Private Harry Ruffle

Researched and written by Anne Wright

Pte H Ruffle
7th Battalion, Queen’s Own (Royal West Kent) Regiment
G/17648
Killed in action, 21.3.1918
Age, 36

Harry Ruffle hailed from Crondall in Hampshire where he was born in 1881 as the fourth of seven children. His older siblings were Charles, Florence and Martha and the younger were Mary, Frederick and Ada. Harry’s parents George and Mary (nee Randall) were also natives of Hampshire but both had died, in 1913 and 1908 respectively, before his war service began. When Harry was born the family lived at Brick Kiln Hill in Crondall where George earned his living as a farm labourer. Ten years later they were still in Crondall but George was now a bricklayer/labourer. At the time of the 1901 Census Harry was away from Crondall and it is highly likely that he was visiting the Southon family in Aldershot. If this is Harry he was a postman at this time. The next few years were eventful: he married Alice Sophia Barnes on 29 August 1907 at the Bible Christian Chapel in Crondall and moved to Weybridge where he became the manager of Joseph Frisby Ltd., a Boots and Shoes Store in Baker Street. Their only child, a son, Sidney Eric, was born on 6 March 1913.

Harry enlisted at Guildford in December 1915. He was 34 years old, stood five feet and nine inches tall, had a fresh complexion, grey eyes and brown hair. He was posted to the Queen’s Own (Royal West Kent) Regiment of the 55th Brigade (moved to the 53rd in February 1918) in the 18th (Eastern) Division. They were already in France having arrived at Le Havre on 27 July 1915. Harry probably joined them there in the spring of 1916. His battalion already had experience of trench warfare having been in and out of the line near Dernancourt. They were in the trenches near Montauban (due east of Albert) on 1 July 1916 when the Battle of the Somme was launched. The 7th Royal West Kents (RWK) was a supporting battalion but at 10.30am, three hours after the action started they were ordered forward where they were shelled heavily. By the end of 4 July they had sustained significant casualties: 2 officers killed, 8 wounded, 37 other ranks killed, 135 wounded and 1 missing. Despite their losses they were back in the attack again at Trones Wood (NE of Montauban) on 12 July. In two days they suffered further losses: 4 officers killed, 6 wounded, 2 missing, 28 other ranks killed, 174 wounded and 33 missing. These totals were added to throughout the late summer and early autumn.

1917 proved to be an equally challenging year for Harry and his comrades: their division saw action in the operations on the Ancre in February and March, pursued the Germans to the Hindenburg Line between February and March and took part in the Arras Offensive in the late spring and early summer. In July they moved to the Ypres area and went into the trenches near Dickebusch. They became embroiled in the Third Battle of Ypres where the British attempt to break through the Ypres Salient became bogged down in attritional warfare in appalling conditions. Heavy rainfall turned the battlefield into a quagmire. Once again the 7th RWKs suffered heavily: in October, 14 officers, 57 NCOs and 240 other ranks made up their casualties. Harry suffered a gunshot wound to his right arm in November which led to a spell in hospital in Sheffield. He was admitted to hospital again on 7 January 1918 because of a bullet wound in his right arm. This may have been a fresh injury or complications from the original one. He was discharged on 25 February 1918.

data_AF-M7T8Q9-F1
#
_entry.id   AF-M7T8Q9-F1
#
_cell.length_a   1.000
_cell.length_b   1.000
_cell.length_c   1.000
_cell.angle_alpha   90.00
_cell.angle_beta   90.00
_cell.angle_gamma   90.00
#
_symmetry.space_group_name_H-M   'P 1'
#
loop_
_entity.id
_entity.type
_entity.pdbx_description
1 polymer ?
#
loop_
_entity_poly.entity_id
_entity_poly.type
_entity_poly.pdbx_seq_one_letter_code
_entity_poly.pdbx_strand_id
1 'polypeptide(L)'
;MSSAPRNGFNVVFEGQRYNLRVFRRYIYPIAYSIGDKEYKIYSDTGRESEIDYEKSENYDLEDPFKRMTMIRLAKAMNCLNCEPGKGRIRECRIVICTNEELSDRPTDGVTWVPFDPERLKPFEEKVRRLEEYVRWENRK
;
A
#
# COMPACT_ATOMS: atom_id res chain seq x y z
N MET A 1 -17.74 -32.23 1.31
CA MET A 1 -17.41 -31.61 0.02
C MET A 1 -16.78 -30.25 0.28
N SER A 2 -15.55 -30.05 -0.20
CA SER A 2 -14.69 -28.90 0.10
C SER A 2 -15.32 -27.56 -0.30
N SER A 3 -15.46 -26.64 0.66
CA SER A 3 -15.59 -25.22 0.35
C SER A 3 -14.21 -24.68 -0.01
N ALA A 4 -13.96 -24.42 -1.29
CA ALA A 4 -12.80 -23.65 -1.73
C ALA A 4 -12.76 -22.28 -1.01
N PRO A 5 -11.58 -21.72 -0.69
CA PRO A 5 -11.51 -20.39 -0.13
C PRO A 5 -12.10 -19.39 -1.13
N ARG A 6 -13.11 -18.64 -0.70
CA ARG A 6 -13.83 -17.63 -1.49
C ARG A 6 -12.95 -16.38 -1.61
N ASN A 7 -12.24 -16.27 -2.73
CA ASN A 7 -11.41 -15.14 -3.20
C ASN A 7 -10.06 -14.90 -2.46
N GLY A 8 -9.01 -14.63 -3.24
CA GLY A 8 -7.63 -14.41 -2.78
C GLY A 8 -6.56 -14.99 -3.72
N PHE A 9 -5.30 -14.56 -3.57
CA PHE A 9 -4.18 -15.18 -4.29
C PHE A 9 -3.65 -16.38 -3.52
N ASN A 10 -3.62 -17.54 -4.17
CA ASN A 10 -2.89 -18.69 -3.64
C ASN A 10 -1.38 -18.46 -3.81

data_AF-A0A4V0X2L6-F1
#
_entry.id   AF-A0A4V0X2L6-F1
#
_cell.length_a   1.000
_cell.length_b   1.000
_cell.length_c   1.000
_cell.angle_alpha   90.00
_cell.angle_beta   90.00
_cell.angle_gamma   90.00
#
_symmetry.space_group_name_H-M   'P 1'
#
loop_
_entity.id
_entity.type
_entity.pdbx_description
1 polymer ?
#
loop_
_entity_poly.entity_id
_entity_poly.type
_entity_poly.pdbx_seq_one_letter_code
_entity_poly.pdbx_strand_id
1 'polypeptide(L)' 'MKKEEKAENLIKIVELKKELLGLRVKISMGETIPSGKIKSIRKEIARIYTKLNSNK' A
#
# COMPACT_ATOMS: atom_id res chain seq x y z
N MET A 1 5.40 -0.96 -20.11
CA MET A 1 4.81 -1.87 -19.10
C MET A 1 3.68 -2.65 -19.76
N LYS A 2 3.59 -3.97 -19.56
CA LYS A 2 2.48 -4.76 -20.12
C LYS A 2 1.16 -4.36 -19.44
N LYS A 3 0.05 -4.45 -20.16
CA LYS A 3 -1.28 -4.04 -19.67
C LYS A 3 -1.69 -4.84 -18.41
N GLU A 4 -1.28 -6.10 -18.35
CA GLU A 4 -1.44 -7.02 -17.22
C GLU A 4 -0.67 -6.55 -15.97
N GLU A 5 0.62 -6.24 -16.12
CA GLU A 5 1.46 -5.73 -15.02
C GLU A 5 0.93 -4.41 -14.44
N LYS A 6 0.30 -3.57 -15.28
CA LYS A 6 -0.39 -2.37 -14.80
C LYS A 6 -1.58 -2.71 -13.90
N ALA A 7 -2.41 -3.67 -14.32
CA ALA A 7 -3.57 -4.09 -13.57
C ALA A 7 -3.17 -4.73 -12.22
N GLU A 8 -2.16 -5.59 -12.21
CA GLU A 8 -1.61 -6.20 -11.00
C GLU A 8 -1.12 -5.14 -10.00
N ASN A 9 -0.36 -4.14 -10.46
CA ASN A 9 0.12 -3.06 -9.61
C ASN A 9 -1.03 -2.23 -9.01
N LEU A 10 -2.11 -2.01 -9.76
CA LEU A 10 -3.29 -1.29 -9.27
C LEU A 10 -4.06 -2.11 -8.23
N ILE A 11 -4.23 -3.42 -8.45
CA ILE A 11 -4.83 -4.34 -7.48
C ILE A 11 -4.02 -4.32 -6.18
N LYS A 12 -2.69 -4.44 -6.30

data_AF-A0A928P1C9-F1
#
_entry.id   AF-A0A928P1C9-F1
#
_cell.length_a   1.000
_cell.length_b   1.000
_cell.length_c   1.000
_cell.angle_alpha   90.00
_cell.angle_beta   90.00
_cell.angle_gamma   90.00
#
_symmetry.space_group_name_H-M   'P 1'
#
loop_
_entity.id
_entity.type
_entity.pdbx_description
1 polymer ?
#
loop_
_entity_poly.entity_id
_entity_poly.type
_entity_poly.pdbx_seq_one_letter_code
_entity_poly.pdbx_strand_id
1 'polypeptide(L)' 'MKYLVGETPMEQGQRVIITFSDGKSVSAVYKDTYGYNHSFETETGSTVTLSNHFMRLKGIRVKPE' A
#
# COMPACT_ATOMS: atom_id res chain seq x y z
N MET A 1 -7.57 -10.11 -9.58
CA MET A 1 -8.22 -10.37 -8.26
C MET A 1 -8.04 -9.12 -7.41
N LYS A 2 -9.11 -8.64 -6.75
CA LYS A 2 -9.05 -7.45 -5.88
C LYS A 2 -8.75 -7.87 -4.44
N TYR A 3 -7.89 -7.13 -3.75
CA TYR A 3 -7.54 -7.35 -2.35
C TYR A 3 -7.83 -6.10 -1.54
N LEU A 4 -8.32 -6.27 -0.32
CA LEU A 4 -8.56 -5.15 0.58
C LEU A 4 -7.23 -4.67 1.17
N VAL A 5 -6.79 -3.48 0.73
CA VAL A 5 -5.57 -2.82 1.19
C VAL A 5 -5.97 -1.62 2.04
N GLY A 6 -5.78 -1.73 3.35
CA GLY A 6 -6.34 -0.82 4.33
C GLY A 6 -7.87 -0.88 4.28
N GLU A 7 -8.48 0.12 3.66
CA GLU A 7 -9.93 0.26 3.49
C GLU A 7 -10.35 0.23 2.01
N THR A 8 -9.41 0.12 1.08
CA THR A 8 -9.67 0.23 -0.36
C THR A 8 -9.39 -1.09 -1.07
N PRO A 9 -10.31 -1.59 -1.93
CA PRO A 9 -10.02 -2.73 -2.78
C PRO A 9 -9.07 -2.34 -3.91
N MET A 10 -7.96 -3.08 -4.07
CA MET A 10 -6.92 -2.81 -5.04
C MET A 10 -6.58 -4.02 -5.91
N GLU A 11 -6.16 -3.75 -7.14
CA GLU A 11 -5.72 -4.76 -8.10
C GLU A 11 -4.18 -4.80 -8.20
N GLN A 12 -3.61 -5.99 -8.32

By the time Harry re-joined his unit they had moved south to Mondescourt (SW of St Quentin); back to the Somme once more. They spent the first two weeks of March holding the line and after a short reprieve returned to the task near Moy (SE of St Quentin) on 19 March. The battalion was ordered to ‘stand to’ as news was received that the enemy was gathering in large numbers. After a bombardment lasting 5 hours in which 3.2 million shells were fired the Germans advanced on 21 March under cover of a dense mist. Harry and his comrades were positioned right in their path. They were overwhelmed by the onslaught. By 10.30am three companies of the battalion had been surrounded as was their battalion HQ by 11.am. The officer who was 2nd in command gathered the remnants and any reinforcements he could find and withdrew to Faillouel (SSW of Moy) and held a line just west of the canal. The battalion had been decimated; the casualties amounted to 20 officers and 577 other ranks. Harry was among them.

His body was never found. Initially, he was listed as missing but later officially declared to have died on 21 March or between that date and the 28 March. Harry is commemorated on the Pozieres Memorial 6 kms north-east of Albert. None of his personal effects were returned to his widow who received a pension of £1 5s per week for herself and her young son. In 1935 he and his mother lived at 4, Holstein Avenue, Weybridge, followed by York Road and later a move to Byfleet. She died on 15 June 1964 at St Peter’s Hospital in Chertsey. Sidney Eric, who became a planning engineer, was a resident of Studland Road, Byfleet when he died, aged 65, in 1978.

Sources:

The British Army in the Great War 1914-1918, The Long, Long Trail – Royal West Kent Regiment, www.longlongtrail.co.uk
British Army WW1 Service Records, 1914-19120, www.ancestry.co.uk
England & Wales, Civil Registration Birth Index, 1837-1915, www.ancestry.co.uk
England & Wales, National Probate Calendar (Index of Wills and Administrations), 1858-1966. 1973-1995
Nedwick Family Tree, www.ancestry.co.uk

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